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Particulate separation system for mercury analysis

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US6736883B2
US6736883B2 US10307755 US30775502A US6736883B2 US 6736883 B2 US6736883 B2 US 6736883B2 US 10307755 US10307755 US 10307755 US 30775502 A US30775502 A US 30775502A US 6736883 B2 US6736883 B2 US 6736883B2
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Prior art keywords
gas
tube
filter
flue
sintered
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US10307755
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US20030110950A1 (en )
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Sharon Sjostrom
Timothy Ebner
Richard Slye
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Apogee Scientific Inc
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Apogee Scientific Inc
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    • BPERFORMING OPERATIONS; TRANSPORTING
    • B01PHYSICAL OR CHEMICAL PROCESSES OR APPARATUS IN GENERAL
    • B01DSEPARATION
    • B01D46/00Filters, i.e. particle separators or filtering processes specially modified for separating dispersed particles from gases or vapours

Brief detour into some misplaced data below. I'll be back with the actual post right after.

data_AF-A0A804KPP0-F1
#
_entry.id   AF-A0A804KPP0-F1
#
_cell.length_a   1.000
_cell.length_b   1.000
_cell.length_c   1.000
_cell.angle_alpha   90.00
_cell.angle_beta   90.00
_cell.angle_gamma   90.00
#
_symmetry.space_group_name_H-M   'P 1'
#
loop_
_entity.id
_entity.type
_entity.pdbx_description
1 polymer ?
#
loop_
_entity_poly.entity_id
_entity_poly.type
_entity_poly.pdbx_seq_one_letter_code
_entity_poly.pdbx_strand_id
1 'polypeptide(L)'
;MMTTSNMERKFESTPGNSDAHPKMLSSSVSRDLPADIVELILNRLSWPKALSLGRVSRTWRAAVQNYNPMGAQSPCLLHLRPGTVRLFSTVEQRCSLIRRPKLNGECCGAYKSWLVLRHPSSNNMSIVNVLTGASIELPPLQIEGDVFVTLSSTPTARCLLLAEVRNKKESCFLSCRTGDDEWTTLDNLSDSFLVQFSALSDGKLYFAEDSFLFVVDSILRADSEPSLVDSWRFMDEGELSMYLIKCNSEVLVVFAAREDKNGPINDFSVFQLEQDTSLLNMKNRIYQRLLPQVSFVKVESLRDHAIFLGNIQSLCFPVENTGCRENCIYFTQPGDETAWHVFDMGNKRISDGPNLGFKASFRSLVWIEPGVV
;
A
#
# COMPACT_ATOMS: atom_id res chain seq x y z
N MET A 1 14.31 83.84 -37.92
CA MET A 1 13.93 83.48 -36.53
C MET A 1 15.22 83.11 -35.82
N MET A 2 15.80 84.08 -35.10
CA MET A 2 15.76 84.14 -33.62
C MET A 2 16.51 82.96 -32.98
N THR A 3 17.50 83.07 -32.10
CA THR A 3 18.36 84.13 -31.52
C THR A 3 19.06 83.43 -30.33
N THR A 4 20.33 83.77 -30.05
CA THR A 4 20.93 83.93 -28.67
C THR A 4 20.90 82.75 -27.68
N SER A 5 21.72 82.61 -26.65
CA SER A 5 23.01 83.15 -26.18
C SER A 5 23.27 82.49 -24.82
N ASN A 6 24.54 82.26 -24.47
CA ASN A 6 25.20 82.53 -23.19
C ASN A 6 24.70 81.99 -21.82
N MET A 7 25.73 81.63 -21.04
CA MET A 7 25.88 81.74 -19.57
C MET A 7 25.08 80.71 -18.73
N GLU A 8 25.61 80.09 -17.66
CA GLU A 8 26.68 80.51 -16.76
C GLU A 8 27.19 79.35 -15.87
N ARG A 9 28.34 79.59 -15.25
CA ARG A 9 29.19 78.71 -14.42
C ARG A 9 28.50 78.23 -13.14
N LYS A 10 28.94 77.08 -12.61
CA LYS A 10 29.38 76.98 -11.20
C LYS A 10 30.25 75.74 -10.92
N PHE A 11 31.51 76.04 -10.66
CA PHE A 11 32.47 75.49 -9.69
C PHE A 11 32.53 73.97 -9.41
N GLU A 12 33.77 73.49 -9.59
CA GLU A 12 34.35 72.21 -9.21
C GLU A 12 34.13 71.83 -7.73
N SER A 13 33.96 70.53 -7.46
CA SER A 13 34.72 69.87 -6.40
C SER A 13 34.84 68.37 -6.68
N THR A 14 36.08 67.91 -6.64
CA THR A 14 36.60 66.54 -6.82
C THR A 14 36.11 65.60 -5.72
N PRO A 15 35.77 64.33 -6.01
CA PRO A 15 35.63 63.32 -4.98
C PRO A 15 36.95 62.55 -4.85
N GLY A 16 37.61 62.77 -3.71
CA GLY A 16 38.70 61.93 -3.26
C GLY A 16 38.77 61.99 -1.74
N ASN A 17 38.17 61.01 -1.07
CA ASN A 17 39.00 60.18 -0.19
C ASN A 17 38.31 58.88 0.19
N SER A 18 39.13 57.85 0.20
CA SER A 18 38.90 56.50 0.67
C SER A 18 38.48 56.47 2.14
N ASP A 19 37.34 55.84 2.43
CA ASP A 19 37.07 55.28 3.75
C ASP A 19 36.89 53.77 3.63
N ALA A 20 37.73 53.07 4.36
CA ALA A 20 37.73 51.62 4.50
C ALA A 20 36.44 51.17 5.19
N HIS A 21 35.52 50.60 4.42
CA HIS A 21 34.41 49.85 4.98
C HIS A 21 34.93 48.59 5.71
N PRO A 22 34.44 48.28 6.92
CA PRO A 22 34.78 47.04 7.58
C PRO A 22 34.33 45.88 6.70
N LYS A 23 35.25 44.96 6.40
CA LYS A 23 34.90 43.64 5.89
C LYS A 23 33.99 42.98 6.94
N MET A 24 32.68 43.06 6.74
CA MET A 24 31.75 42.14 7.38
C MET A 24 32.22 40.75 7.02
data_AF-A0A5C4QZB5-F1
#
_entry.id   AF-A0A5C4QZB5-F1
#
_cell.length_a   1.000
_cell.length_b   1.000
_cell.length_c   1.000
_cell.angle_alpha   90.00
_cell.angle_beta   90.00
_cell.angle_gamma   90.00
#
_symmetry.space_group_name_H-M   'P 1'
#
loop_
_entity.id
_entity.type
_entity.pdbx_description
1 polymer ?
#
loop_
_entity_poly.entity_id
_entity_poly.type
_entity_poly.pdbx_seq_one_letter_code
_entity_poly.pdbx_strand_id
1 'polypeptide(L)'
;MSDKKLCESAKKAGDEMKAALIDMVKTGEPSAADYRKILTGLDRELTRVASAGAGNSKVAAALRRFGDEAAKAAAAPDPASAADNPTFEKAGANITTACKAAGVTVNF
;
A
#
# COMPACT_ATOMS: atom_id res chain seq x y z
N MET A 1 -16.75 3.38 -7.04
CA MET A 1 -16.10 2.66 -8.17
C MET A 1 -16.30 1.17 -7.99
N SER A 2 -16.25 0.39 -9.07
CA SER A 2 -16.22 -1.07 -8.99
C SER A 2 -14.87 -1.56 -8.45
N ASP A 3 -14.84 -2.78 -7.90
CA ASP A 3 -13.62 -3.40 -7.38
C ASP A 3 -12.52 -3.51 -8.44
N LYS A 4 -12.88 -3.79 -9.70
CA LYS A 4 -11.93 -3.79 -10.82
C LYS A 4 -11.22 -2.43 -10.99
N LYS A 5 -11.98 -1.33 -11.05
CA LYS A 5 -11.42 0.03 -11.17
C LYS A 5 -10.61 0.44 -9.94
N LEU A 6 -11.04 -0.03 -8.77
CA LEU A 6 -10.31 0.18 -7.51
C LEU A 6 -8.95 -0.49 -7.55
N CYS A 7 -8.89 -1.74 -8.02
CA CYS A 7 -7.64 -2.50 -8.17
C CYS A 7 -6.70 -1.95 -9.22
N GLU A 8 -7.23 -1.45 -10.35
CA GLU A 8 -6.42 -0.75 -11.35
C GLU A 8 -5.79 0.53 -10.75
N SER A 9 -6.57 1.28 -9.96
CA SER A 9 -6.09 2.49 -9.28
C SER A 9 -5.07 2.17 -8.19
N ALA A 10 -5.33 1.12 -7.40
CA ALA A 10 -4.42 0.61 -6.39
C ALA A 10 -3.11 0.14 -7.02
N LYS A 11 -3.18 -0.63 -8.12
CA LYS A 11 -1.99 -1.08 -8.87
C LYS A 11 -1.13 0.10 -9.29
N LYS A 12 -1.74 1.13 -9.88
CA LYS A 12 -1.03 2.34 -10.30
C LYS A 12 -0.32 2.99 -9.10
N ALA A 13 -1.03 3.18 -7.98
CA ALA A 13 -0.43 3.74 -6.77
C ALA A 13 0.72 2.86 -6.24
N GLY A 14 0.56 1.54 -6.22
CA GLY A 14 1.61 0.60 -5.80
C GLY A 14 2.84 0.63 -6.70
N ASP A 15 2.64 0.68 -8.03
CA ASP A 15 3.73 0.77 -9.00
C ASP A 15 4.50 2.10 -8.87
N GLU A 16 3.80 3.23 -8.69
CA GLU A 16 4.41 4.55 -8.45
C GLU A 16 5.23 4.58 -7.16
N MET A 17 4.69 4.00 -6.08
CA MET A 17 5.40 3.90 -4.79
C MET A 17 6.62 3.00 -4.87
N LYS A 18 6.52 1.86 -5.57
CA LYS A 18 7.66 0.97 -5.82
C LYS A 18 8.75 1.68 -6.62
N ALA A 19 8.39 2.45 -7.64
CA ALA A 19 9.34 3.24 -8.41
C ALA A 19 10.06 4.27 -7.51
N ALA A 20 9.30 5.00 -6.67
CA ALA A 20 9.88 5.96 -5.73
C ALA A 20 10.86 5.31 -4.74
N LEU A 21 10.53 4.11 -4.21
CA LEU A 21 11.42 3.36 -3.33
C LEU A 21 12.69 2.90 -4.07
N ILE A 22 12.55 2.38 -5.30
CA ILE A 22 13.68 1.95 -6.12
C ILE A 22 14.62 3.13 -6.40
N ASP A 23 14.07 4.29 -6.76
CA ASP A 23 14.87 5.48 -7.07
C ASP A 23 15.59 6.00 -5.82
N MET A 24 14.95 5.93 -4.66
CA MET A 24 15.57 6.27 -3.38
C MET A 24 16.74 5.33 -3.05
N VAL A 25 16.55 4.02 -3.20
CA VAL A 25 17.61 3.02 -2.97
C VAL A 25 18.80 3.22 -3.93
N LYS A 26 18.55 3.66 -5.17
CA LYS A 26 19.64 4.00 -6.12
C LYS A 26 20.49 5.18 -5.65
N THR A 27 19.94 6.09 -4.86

• B01D46/42Auxiliary equipment or operation thereof
    • B01D46/44Auxiliary equipment or operation thereof controlling filtration
    • BPERFORMING OPERATIONS; TRANSPORTING
    • B01PHYSICAL OR CHEMICAL PROCESSES OR APPARATUS IN GENERAL
    • B01DSEPARATION
    • B01D53/00Separation of gases or vapours; Recovering vapours of volatile solvents from gases; Chemical or biological purification of waste gases, e.g. engine exhaust gases, smoke, fumes, flue gases, aerosols
    • B01D53/30Controlling by gas-analysis apparatus
    • GPHYSICS
    • G01MEASURING; TESTING
    • G01NINVESTIGATING OR ANALYSING MATERIALS BY DETERMINING THEIR CHEMICAL OR PHYSICAL PROPERTIES
    • G01N33/00Investigating or analysing materials by specific methods not covered by the preceding groups
    • G01N33/0004Gaseous mixtures, e.g. polluted air
    • G01N33/0009General constructional details of gas analysers, e.g. portable test equipment
    • G01N33/0027General constructional details of gas analysers, e.g. portable test equipment concerning the detector
    • G01N33/0036Specially adapted to detect a particular component
    • G01N33/0045Specially adapted to detect a particular component for Hg
    • BPERFORMING OPERATIONS; TRANSPORTING
    • B01PHYSICAL OR CHEMICAL PROCESSES OR APPARATUS IN GENERAL
    • B01DSEPARATION
    • B01D2257/00Components to be removed
    • B01D2257/60Heavy metals or heavy metal compounds